Effects of nicotine, cocaine and some of their metabolites on schedule-controlled responding by beagle dogs and squirrel monkeys

M. E. Risner, S. R. Goldberg, J. A. Prada, E. J. Cone

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Abstract

The behavioral effects of nicotine were compared with those of its metabolites, nornicotine and cotinine, in beagle dogs and squirrel monkeys. Subjects responded under a multiple fixed-interval (FI) 300-sec, fixed-ratio (FR) 30 response schedule of food presentation. Nicotine (0.01-1.0 mg/kg i.m.) and nornicotine (0.03-3.0 mg/kg i.m.) produced qualitatively similar effects in both dogs and monkeys. Nicotine produced dose-related increases, then decreases in rates of responding during FI components; rates of responding during FR components were only decreased. Nornicotine produced only dose-dependent decreases in responding during both FI and FR components. In the dogs, cotinine (0.01-10.0 mg/kg i.m.) produced only dose-dependent decreases in rates of responding during both FI and FR components. In the squirrel monkeys, however, cotinine (0.1-3.0 mg/kg i.m.) increased responding during FI components; a high dose of 30.0 mg/kg decreased responding during both FI and FR components. The behavioral effects of cocaine (0.03-3.0 mg/kg i.m.) and its metabolite norcocaine (0.01-1.0 mg/kg i.m.) were compared in the dogs. FI rates of responding first increased and then decreased with increasing doses of each drug, whereas FR rates of responding only decreased in a dose-related manner. Norcocaine was slightly more potent than cocaine in producing these effects on schedule-controlled responding in dogs. These experiments indicate the metabolites of nicotine and cocaine are behaviorally active and may contribute to the pharmacological profile of the parent compounds.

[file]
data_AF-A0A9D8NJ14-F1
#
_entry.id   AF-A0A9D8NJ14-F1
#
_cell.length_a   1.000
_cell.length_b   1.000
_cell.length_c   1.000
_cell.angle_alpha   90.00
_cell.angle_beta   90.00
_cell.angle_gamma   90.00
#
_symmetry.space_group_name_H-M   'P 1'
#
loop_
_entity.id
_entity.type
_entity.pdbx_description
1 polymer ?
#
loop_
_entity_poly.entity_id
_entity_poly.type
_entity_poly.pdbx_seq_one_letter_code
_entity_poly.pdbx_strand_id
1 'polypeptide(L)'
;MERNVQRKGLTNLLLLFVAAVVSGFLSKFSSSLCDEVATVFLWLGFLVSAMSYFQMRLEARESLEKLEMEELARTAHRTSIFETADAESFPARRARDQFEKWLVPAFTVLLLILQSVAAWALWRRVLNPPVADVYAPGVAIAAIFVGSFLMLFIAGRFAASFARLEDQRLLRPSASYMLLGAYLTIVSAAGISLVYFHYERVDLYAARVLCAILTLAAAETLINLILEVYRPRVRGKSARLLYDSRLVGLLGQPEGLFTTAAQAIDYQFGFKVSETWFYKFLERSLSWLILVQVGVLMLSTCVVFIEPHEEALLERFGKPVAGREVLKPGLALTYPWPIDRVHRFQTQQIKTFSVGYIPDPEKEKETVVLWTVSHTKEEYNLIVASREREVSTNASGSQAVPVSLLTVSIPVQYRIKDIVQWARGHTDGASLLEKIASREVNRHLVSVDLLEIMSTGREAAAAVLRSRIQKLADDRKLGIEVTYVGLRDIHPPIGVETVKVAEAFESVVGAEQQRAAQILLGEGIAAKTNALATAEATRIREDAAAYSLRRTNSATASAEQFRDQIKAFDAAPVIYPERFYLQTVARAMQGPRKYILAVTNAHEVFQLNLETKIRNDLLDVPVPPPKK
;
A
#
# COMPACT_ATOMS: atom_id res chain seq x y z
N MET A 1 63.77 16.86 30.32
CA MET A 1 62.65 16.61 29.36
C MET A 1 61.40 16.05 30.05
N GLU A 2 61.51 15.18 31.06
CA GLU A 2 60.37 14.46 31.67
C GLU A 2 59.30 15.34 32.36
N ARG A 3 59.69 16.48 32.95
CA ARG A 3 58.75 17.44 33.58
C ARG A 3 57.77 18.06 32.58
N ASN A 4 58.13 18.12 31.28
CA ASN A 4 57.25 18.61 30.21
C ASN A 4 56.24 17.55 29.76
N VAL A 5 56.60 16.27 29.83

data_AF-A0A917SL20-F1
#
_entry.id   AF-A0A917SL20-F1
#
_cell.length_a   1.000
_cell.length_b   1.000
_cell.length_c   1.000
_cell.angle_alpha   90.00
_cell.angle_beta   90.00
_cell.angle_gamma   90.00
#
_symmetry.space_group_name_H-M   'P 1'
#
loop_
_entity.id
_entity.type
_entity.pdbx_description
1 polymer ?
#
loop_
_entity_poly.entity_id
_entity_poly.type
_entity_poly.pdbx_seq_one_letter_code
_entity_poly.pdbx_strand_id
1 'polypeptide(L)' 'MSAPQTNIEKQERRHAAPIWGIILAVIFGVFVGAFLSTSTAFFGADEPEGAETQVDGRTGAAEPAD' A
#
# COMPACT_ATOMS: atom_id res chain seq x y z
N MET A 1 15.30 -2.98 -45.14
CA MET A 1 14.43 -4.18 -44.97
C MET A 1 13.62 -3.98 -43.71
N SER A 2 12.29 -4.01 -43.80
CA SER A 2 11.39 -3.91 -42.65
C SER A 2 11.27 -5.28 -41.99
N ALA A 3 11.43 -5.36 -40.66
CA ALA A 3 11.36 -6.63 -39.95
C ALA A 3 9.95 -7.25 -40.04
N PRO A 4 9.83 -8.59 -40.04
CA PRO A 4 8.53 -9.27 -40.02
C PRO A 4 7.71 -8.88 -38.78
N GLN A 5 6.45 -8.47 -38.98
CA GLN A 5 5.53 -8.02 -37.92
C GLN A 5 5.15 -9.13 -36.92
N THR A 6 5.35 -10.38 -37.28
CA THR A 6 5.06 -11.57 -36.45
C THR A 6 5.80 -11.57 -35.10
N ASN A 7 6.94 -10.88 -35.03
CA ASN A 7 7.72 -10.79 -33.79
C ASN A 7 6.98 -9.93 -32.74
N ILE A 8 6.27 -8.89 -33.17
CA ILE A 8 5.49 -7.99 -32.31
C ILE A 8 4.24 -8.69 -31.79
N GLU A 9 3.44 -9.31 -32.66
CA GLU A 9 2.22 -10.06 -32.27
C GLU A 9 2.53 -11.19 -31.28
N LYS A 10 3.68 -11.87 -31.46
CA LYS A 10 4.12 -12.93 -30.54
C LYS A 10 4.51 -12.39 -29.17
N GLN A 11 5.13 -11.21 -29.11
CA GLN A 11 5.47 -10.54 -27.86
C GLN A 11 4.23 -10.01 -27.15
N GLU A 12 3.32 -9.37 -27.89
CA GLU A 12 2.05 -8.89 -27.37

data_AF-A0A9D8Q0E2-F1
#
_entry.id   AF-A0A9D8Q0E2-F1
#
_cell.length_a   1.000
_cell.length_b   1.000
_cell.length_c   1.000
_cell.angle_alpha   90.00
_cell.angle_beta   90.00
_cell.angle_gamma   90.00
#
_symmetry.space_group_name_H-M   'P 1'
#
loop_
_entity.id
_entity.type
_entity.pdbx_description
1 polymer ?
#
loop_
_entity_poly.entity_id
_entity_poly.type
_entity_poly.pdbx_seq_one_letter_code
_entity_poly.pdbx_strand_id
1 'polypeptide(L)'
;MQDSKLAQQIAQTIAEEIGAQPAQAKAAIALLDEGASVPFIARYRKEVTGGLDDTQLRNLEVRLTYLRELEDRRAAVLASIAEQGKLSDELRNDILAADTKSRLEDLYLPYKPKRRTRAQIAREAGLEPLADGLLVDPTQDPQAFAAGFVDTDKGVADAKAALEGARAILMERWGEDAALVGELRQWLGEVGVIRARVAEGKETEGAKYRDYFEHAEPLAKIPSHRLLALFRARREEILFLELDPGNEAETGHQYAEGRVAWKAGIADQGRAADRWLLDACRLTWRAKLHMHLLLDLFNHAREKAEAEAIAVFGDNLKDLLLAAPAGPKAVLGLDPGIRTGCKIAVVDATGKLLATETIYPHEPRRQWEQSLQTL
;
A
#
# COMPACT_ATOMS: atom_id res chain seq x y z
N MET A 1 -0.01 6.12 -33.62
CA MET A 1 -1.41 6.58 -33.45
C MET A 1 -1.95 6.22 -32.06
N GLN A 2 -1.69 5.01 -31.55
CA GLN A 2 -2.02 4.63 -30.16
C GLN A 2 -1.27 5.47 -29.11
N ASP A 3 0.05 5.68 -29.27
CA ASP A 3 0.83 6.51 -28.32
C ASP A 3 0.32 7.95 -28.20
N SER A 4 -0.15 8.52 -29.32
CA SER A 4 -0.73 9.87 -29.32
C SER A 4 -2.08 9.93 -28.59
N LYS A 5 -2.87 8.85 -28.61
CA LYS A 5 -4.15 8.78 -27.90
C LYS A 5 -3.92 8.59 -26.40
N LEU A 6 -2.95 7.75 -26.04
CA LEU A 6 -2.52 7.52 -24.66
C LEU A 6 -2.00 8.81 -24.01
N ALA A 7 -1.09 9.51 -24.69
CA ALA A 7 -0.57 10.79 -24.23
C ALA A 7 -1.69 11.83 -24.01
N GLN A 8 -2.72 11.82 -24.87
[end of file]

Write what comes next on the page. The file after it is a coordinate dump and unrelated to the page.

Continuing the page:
Original languageEnglish (US)
Pages (from-to)113-119
Number of pages7
JournalJournal of Pharmacology and Experimental Therapeutics
Volume234
Issue number1
StatePublished - Jan 1 1985

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ASJC Scopus subject areas

  • Molecular Medicine
  • Pharmacology

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